As anyone in sales knows, the disparity between the good days and bad days can quickly eat away at your resolve until it seems like you’re hanging on by a thread. For Scott Leese, SVP of Sales at Qualia, it’s these ups and downs that have given him a unique perspective on what a successful sales career means.
“Sales is not your typical 9-5 job with punch-in punch-out hours,” Scott said. “You can end up logging very long or very strange hours which can be disruptive to daily life. For example, it can interrupt dinner time with your family or disrupt your self-care routine. Not solving or addressing any issues this causes can add stress to what is an already stressful position.”
Scott knows just how important managing this delicate balance is because of his own personal experiences.
“In my early 20s, I was very ill and spent 4 years in the hospital. I became addicted to opioids during this time and while I am now recovered, I still function differently than normal people. I have challenges every single day with my health that test my resolve and commitment, which can mirror the experience of people in sales. It’s like flexing a muscle to become stronger every single day.”
In his first conversation with Costello, Scott discussed how salespeople can overcome obstacles and how sales leaders can use psychological elements to help shape the careers of future leaders. In this article, he shares how sales leaders can weather rough patches in their career without losing sight of professional development.
What advice do you have for sales reps going through a rough patch in their careers?
If you’re struggling in the moment, just remember that you’ve gone through harder things than worrying about whether or not you’re hitting your quota. It’s important to pause and give yourself a pat on the back and say ‘Look where I am! I’m killing it!’. Your attitude defines you, and presumably, we’ve chosen to make the most out of it. People don’t do this enough – just pause and be complimentary. It’s much easier to be critical of yourself than to be complimentary.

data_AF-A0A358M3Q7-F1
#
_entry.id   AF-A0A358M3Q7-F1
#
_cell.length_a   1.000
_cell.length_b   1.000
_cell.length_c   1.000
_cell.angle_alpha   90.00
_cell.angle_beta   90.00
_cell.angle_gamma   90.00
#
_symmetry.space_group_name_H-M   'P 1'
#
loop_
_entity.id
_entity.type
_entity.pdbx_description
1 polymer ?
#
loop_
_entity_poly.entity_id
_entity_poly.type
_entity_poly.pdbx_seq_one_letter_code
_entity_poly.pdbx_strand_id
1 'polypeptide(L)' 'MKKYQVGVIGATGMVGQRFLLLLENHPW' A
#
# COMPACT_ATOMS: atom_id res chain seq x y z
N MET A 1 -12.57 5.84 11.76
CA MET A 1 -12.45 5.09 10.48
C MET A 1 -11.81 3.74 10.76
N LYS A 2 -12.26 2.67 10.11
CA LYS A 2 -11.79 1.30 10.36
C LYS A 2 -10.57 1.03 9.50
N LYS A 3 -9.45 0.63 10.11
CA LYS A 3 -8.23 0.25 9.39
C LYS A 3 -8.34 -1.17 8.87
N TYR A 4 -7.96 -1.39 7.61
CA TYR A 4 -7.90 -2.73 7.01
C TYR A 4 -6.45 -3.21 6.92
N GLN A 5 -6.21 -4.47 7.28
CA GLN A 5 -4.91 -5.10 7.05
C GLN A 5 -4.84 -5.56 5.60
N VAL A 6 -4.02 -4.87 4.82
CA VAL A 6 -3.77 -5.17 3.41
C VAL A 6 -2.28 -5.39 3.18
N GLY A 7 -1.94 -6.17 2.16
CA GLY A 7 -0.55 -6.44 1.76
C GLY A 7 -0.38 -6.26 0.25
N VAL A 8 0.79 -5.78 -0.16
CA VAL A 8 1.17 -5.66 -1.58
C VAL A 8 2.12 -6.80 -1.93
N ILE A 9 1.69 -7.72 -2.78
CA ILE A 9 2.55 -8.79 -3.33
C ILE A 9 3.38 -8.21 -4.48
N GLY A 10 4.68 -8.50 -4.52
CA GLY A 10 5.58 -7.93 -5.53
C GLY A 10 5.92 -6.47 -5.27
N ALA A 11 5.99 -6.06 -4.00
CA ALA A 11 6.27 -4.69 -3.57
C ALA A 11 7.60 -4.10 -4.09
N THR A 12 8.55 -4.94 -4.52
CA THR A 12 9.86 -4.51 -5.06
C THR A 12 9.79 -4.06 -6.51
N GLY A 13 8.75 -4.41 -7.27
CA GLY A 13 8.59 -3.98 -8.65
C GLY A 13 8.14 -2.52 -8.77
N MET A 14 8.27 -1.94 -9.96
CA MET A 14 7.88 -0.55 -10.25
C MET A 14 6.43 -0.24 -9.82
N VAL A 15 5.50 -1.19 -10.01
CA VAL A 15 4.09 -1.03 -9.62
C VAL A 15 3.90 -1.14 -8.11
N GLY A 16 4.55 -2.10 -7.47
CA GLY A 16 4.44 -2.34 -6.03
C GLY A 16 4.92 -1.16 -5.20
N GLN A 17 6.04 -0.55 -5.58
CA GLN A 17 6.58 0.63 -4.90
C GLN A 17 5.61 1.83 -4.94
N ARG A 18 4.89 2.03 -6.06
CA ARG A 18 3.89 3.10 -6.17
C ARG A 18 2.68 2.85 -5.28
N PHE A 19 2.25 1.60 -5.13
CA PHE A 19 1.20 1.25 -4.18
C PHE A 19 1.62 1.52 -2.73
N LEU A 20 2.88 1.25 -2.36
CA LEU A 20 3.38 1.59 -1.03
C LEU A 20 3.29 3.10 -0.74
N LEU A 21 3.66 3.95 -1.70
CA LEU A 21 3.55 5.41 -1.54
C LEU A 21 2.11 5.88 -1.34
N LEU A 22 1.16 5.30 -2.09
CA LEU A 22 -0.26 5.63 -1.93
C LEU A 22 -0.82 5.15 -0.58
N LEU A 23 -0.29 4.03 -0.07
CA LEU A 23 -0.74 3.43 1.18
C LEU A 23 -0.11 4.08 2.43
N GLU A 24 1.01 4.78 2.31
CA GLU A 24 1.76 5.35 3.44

It comes down to perspective and asking yourself what is the actual worst thing that could happen. Like right now, the worst possible thing that could happen is that you might lose your job, but everyone needs to have things sold, so in reality, salespeople have great job security. It’s important to realize that there is always something else or somewhere else you could be. People worry so much about finding another job if they lose their current one, but that shouldn’t be your main focus.
As a sales leader, how do you help coach reps who are going through a hard time?
It’s my job to help remove obstacles from my team’s path while they’re trying to do their job. This could mean greenlighting a contract or streamlining a process, or it could mean helping to clear up issues in their personal life so they can focus on work. A lot of times the reason people are struggling has nothing to do with their job. If I can create the right environment and a strong sense of trust between my team and I, then I can help them in small but meaningful ways.